Anyways, as long as you have a WD hitch, you'll be fine. When I put the full weight of the tongue on the hitch, it squats pretty good. I would never tow it like that. Once I put the WD bars on, I transfer a bunch of weight to the front. Over all, when the trailer is hooked up, the suspension settles 1/2" at each tire.

I measured this last year when setting up my hitch. I measured from the driveway to the edge of the wheel well before hooking up, then again after setting the hitch. If I remember corretly, I believe that the Traverse setteled about 1.5" on the rear without the WD bars.

Also, make sure to install your electric brake controller before you hitch up, if you have electric brakes on you trailer.
 

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Discussion Starter #5
Yes Quantum i am new to the forum. I have read a lot about your Towing Experience. Right now it will be just a small 4X8 UHaul trailer. I have my own 5X8 Enclosed Utility Trailer that I will tow my motorcycle in. The Heavier of the two trailers which is my 2008 Fleetwood Bayside I pull with my Silverado. I was just wondering about how far it likes to squat down in the back and if anyone had any experience with adding air bags or even the facotry self leveling suspension that is offered on the Buick and GMC. Thanks for all the great posts I have learned a ton in just the past few days.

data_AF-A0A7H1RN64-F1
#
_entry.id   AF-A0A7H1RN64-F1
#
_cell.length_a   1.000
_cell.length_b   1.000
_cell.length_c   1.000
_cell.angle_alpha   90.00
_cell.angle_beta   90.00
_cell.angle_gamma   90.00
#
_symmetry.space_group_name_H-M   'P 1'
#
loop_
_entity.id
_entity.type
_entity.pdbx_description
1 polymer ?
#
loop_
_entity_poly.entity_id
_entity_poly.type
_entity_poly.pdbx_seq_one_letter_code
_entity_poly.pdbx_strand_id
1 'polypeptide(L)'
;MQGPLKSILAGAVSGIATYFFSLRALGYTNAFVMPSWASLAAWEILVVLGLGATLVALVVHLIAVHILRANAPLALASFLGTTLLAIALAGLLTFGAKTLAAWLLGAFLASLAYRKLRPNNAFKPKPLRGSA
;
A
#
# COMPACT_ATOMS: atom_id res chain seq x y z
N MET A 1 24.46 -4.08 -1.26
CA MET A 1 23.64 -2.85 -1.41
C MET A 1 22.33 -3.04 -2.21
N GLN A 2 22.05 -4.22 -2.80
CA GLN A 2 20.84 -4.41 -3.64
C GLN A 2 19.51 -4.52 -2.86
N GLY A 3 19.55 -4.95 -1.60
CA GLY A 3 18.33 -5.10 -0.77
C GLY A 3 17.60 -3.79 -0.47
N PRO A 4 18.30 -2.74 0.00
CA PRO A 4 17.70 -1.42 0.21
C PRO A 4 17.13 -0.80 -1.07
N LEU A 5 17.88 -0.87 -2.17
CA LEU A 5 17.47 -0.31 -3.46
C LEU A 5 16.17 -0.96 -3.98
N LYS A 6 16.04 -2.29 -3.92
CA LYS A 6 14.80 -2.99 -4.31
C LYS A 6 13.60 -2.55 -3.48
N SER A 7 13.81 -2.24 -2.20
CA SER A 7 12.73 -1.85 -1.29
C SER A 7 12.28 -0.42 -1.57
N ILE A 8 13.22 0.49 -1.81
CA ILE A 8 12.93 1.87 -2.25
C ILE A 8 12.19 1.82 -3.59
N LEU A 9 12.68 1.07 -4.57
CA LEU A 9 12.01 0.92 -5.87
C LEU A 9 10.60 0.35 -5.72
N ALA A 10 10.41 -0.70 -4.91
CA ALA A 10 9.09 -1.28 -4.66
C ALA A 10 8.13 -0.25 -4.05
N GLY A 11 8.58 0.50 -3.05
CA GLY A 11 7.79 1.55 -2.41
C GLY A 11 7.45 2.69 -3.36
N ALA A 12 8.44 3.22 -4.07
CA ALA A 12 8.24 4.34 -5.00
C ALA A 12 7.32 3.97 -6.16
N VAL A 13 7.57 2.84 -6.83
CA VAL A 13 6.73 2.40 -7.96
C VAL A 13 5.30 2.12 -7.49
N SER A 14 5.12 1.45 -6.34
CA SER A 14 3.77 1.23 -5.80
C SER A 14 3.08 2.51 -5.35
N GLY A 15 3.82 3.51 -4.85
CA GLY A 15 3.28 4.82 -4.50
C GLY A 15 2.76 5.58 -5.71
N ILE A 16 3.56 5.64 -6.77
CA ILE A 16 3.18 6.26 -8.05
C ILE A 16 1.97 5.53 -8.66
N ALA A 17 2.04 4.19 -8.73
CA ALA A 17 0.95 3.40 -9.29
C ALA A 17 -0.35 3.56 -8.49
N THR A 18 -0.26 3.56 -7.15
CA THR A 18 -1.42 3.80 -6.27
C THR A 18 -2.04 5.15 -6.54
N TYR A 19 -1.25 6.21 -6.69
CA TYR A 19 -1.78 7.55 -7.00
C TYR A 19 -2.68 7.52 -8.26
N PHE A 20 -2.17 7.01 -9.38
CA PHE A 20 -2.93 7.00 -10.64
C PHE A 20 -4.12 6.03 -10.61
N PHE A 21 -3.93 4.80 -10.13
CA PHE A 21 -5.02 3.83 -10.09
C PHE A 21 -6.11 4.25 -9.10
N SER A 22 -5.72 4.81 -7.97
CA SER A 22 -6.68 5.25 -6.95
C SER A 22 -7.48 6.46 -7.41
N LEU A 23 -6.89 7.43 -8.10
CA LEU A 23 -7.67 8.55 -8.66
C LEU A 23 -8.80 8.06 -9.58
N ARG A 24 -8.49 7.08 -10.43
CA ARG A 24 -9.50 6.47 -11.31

If I would have only done this 36K miles ago.

Jeff
 

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I just had the Air Lift 1000 bags installed on my Traverse FWD. I haven't towed my travel trailer yet after installing these bags but I will post my experience once I do. I can say that the ride when not towing and with the minimum pressure of 5 PSI it rides just as it did without the bags.

This morning I hitched up my trailer after inflating the bags to the maximum recommended pressure of 35 PSI. The truck sits at the same height as when the trailer is not hitched up and the truck was stock and empty. I measured the distance between the concrete drive and the top of the wheel well when the truck is empty and it measured the same with the trailer hooked up and the bags inflated to the 35 PSI maximum recommended inflation.